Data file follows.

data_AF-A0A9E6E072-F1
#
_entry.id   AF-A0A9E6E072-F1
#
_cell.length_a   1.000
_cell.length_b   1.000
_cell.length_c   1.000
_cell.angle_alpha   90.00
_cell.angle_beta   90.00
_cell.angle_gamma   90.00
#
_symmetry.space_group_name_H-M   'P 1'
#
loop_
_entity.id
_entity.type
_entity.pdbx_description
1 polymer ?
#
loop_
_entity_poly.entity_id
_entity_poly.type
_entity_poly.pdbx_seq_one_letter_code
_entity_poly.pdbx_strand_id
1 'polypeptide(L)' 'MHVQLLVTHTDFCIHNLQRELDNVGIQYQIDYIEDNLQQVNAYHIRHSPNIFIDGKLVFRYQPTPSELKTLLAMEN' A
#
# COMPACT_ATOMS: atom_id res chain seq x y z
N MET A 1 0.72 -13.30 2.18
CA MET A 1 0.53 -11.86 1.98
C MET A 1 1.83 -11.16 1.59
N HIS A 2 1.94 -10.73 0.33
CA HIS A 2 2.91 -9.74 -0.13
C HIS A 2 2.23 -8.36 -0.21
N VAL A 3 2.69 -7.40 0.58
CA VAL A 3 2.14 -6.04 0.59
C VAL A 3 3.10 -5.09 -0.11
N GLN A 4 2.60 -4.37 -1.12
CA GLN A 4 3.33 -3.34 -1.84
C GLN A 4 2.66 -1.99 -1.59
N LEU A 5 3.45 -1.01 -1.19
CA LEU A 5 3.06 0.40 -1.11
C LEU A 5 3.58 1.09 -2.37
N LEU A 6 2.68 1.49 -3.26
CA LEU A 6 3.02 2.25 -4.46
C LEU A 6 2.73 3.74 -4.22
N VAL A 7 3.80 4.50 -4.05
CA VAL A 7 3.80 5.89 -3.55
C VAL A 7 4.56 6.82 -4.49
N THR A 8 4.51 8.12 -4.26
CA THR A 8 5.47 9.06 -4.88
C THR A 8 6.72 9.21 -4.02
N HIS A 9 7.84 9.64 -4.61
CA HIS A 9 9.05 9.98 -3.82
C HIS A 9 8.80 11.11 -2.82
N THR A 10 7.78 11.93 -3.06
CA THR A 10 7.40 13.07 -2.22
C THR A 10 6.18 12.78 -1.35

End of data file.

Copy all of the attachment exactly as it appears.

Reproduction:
data_AF-A0A9E6E072-F1
#
_entry.id   AF-A0A9E6E072-F1
#
_cell.length_a   1.000
_cell.length_b   1.000
_cell.length_c   1.000
_cell.angle_alpha   90.00
_cell.angle_beta   90.00
_cell.angle_gamma   90.00
#
_symmetry.space_group_name_H-M   'P 1'
#
loop_
_entity.id
_entity.type
_entity.pdbx_description
1 polymer ?
#
loop_
_entity_poly.entity_id
_entity_poly.type
_entity_poly.pdbx_seq_one_letter_code
_entity_poly.pdbx_strand_id
1 'polypeptide(L)' 'MHVQLLVTHTDFCIHNLQRELDNVGIQYQIDYIEDNLQQVNAYHIRHSPNIFIDGKLVFRYQPTPSELKTLLAMEN' A
#
# COMPACT_ATOMS: atom_id res chain seq x y z
N MET A 1 0.72 -13.30 2.18
CA MET A 1 0.53 -11.86 1.98
C MET A 1 1.83 -11.16 1.59
N HIS A 2 1.94 -10.73 0.33
CA HIS A 2 2.91 -9.74 -0.13
C HIS A 2 2.23 -8.36 -0.21
N VAL A 3 2.69 -7.40 0.58
CA VAL A 3 2.14 -6.04 0.59
C VAL A 3 3.10 -5.09 -0.11
N GLN A 4 2.60 -4.37 -1.12
CA GLN A 4 3.33 -3.34 -1.84
C GLN A 4 2.66 -1.99 -1.59
N LEU A 5 3.45 -1.01 -1.19
CA LEU A 5 3.06 0.40 -1.11
C LEU A 5 3.58 1.09 -2.37
N LEU A 6 2.68 1.49 -3.26
CA LEU A 6 3.02 2.25 -4.46
C LEU A 6 2.73 3.74 -4.22
N VAL A 7 3.80 4.50 -4.05
CA VAL A 7 3.80 5.89 -3.55
C VAL A 7 4.56 6.82 -4.49
N THR A 8 4.51 8.12 -4.26
CA THR A 8 5.47 9.06 -4.88
C THR A 8 6.72 9.21 -4.02
N HIS A 9 7.84 9.64 -4.61
CA HIS A 9 9.05 9.98 -3.82
C HIS A 9 8.80 11.11 -2.82
N THR A 10 7.78 11.93 -3.06
CA THR A 10 7.40 13.07 -2.22
C THR A 10 6.18 12.78 -1.35